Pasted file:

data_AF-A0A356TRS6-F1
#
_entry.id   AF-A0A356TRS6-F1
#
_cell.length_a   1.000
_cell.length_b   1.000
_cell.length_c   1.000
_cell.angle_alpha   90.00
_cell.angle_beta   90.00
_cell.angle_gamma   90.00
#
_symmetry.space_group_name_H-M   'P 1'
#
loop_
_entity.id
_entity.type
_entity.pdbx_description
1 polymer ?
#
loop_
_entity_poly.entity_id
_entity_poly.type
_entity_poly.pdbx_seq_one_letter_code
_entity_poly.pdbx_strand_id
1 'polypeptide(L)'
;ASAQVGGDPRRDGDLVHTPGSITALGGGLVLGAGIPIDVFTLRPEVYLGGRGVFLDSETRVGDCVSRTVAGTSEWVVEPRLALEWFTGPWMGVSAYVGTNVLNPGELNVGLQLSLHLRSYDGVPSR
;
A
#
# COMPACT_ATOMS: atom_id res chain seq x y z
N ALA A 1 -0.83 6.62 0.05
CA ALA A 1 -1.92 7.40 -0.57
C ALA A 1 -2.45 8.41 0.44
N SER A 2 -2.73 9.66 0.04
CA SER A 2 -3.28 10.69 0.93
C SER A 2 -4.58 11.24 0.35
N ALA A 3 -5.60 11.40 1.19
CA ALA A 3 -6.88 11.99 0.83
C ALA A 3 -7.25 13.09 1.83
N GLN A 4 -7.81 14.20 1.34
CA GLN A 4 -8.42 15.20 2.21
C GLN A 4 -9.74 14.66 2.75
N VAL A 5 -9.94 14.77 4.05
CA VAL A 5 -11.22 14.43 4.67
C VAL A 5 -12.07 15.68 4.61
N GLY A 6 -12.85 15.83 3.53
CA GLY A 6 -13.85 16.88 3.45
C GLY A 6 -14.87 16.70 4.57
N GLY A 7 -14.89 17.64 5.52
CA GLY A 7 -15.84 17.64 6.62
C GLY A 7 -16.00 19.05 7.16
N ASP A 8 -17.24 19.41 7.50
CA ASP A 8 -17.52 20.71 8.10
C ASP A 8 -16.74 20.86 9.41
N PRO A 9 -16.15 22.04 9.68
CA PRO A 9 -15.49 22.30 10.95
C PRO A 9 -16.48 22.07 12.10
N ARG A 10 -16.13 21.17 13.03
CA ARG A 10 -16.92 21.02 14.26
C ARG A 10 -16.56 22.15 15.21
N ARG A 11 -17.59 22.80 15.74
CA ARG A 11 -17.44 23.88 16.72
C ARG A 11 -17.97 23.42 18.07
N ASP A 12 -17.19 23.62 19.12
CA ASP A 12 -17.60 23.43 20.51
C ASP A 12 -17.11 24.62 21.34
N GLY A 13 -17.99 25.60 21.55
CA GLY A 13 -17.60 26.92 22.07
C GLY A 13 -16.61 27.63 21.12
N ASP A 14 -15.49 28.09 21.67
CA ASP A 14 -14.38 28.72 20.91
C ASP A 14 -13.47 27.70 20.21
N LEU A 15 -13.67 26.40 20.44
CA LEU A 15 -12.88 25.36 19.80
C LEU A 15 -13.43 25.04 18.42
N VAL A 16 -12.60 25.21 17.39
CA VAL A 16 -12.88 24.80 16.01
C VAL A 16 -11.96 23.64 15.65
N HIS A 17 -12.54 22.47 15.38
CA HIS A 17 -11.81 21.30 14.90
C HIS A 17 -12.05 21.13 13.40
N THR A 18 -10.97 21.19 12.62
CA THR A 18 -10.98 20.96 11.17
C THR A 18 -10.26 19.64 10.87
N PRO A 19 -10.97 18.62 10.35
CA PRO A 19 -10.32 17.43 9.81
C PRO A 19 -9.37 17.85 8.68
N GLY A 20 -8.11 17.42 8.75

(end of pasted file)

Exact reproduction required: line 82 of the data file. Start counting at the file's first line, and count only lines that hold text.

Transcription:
N THR A 18 -10.97 21.19 12.62